The article by Calhoun and colleagues, published in this issue of ONCOLOGY, is a timely review of one of the more controversial questions in thoracic oncology: whether or not patients with stage IB non–small-cell lung cancer (NSCLC) should receive adjuvant chemotherapy.
Lack of Survival Advantage
Within the past 5 years, results have become available from six large randomized trials evaluating the role of adjuvant platinum-based chemotherapy in patients with completely resected NSCLC. Of these, three showed improvement in overall 5-year survival with adjuvant chemotherapy (International Adjuvant Lung Cancer Trial [IALT], National Cancer Insitute of Canada’s JBR.10, Adjuvant Navelbine International Trialist Association [ANITA]), and three others showed no benefit (Big Lung Trial [BLT], Adjuvant Lung Cancer Project Italy [ALPI], Cancer and Leukemia Group B [CALGB] 9633).
CALGB 9633 initially reported improved survival—a finding that disappeared with longer follow-up. An additional study performed in Japan reported improved survival in stage I patients with an oral fluorouracil(Drug information on fluorouracil) analog. All seven studies included patients with stage IB NSCLC. Furthermore, results of two recent meta-analyses have confirmed an absolute improvement in 5-year survival of about 5% with the use of adjuvant chemotherapy.
So where does the controversy lie? As well summarized by Calhoun and colleagues, subset analyses of the three “positive” platinum-based trials have demonstrated no significant survival advantage for patients with stage IB disease. As none of the trials were powered to detect survival differences within individual stages, however, the absence of positive results is not necessarily evidence of futility. As the rationale for adjuvant chemotherapy is the neutralization of micrometastatic disease, it follows that stages where the micrometastatic burden is greater (stages II and III) will be likeliest to be affected by systemic adjuvant treatment. Nevertheless, since 35% to 60% of patients with stage IB NSCLC will eventually die—most due to metastatic disease—it is reasonable to assume a potential role for adjuvant chemotherapy in this stage group.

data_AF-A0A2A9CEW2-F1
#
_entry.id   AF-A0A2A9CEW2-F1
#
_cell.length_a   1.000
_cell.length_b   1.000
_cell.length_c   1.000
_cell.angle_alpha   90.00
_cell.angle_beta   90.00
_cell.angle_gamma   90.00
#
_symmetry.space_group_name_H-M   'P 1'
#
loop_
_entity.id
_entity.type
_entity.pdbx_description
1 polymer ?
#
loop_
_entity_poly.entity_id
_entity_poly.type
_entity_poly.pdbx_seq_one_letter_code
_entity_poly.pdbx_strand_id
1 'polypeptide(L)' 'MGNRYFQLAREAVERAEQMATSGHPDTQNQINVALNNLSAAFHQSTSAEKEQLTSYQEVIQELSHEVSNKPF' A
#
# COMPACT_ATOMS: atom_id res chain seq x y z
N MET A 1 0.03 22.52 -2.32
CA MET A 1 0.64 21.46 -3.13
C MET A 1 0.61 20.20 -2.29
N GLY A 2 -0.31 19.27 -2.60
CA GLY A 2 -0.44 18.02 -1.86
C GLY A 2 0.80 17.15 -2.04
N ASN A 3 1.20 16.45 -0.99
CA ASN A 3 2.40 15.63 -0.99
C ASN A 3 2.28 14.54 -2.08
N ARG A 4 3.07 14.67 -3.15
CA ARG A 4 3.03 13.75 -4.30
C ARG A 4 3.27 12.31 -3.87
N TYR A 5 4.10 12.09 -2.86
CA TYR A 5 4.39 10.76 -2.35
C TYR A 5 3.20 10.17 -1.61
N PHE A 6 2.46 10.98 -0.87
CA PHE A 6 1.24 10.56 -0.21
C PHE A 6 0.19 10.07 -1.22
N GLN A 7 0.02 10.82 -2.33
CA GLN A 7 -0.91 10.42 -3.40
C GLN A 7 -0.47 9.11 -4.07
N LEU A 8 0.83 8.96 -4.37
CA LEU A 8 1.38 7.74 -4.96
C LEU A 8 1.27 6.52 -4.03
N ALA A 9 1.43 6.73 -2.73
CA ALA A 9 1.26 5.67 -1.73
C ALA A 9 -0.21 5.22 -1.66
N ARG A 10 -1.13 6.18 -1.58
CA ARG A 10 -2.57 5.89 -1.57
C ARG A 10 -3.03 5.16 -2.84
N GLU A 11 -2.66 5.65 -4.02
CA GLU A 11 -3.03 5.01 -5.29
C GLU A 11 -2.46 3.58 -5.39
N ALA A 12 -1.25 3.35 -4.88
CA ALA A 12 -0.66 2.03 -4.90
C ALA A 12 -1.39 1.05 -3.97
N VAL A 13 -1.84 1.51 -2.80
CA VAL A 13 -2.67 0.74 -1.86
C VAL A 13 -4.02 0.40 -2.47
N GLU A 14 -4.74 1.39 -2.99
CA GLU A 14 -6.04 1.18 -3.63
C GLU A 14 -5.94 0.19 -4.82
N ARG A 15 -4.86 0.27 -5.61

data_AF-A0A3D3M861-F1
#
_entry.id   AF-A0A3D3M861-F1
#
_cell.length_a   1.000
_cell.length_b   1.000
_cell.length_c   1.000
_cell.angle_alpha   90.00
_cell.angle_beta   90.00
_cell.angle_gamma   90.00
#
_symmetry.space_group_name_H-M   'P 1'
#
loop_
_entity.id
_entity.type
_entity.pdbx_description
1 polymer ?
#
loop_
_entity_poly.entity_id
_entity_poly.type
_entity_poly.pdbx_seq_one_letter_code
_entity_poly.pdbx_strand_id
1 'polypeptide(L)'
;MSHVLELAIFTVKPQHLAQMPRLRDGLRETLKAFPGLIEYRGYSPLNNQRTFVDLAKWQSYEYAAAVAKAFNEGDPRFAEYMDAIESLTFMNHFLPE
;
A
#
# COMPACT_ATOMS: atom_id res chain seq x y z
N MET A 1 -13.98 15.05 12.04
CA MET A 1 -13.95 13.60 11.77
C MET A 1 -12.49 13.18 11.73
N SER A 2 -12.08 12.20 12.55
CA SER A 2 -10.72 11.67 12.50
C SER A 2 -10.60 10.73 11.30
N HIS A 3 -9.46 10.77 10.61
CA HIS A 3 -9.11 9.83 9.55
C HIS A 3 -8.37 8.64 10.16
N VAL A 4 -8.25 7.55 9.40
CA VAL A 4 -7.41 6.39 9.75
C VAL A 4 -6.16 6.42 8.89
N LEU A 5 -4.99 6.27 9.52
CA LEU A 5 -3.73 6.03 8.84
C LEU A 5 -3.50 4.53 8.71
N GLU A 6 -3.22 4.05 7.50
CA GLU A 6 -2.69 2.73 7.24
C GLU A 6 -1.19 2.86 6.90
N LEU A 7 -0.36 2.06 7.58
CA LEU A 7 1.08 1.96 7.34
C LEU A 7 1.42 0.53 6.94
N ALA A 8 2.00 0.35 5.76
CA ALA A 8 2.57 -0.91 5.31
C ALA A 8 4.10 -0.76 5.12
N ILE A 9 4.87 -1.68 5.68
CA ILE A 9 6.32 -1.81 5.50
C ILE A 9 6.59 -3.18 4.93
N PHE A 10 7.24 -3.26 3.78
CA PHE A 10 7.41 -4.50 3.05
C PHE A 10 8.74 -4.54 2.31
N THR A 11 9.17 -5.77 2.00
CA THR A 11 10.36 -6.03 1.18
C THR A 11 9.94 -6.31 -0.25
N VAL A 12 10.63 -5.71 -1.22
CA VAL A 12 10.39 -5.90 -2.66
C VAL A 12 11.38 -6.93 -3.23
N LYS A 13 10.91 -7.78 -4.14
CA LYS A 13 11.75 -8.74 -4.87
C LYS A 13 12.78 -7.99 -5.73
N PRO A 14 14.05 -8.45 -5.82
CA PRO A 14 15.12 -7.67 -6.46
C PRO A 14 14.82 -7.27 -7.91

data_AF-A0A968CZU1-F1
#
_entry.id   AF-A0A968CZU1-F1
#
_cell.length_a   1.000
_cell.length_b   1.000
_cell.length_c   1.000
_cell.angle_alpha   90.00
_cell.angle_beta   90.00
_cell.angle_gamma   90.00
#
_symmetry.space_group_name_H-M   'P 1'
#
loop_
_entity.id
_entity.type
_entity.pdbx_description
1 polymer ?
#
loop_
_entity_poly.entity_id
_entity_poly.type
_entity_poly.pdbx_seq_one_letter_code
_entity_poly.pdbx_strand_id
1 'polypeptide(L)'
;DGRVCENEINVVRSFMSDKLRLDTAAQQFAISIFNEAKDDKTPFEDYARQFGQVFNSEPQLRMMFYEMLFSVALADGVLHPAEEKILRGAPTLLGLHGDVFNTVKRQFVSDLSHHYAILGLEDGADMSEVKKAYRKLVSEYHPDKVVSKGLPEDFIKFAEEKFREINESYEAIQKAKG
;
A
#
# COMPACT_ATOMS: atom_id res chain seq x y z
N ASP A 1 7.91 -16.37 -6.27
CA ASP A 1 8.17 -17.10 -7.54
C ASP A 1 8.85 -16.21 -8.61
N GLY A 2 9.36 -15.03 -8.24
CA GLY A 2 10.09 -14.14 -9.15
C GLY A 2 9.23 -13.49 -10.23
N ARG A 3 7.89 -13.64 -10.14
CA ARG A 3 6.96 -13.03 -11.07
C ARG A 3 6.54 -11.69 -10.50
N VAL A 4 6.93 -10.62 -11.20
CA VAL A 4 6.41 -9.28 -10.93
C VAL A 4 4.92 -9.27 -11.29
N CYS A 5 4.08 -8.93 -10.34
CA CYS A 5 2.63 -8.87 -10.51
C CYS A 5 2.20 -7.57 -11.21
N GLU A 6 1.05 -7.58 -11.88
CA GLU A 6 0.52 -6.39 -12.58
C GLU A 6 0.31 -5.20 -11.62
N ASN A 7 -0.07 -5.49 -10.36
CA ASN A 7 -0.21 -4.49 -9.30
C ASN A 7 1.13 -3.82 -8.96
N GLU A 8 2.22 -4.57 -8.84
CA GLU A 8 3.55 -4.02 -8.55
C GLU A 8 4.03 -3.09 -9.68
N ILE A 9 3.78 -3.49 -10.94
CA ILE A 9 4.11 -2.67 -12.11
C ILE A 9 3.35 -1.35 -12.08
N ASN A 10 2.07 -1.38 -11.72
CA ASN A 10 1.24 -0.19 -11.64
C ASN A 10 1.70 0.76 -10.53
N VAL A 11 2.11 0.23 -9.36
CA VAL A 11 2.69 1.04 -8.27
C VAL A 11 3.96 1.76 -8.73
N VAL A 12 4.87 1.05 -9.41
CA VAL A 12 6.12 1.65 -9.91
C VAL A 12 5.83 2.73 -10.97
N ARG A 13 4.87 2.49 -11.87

CALGB 9633 was the only trial that was specifically designed and powered to evaluate the effect of adjuvant chemotherapy in stage IB patients. Unfortunately, this study was terminated early because of slow accrual, having reached only 69% of its target goal. Nevertheless, at interim analysis, an absolute survival advantage of 12% was seen at 4 years. With subsequent maturation of the data, no survival benefit was apparent at 5 years, yet there remained a statistically significant improvement in disease-free survival in the adjuvant chemotherapy arm (hazard ratio = 0.74; 90% 2-sided confidence interval = 0.57–0.96; P = .027). At last review in 2006, only 131 of 150 deaths required for final analysis had been observed. It may therefore be premature to discount the effect of chemotherapy for resected stage IB NSCLC until a final analysis of this trial has been performed.
In addition, the Japanese study of patients with stage I NSCLC treated with adjuvant uracil/tegafur (UFT) showed that survival benefit was limited to patients with stage IB. However, given the apparent geographic differences in the biology of NSCLC, these results require further validation.
The Heterogeneity Issue
Calhoun and colleagues also draw attention to the important issue of heterogeneity within the stage IB subset. Recognizing the influence of tumor diameter on survival, the next iteration of the American Joint Committee on Cancer (AJCC) staging system (7th edition) will reclassify tumors > 5 to 7 cm as stage IIA, and those > 7 cm as IIB. This will lead to better stratification of patients enrolling in future clinical trials, but will also have implications regarding how we interpret the results of previous phase III studies. Trials that enrolled stage IB patients in the past included significant numbers of patients with tumors > 5 cm, which will be classified as stage II under the new staging system.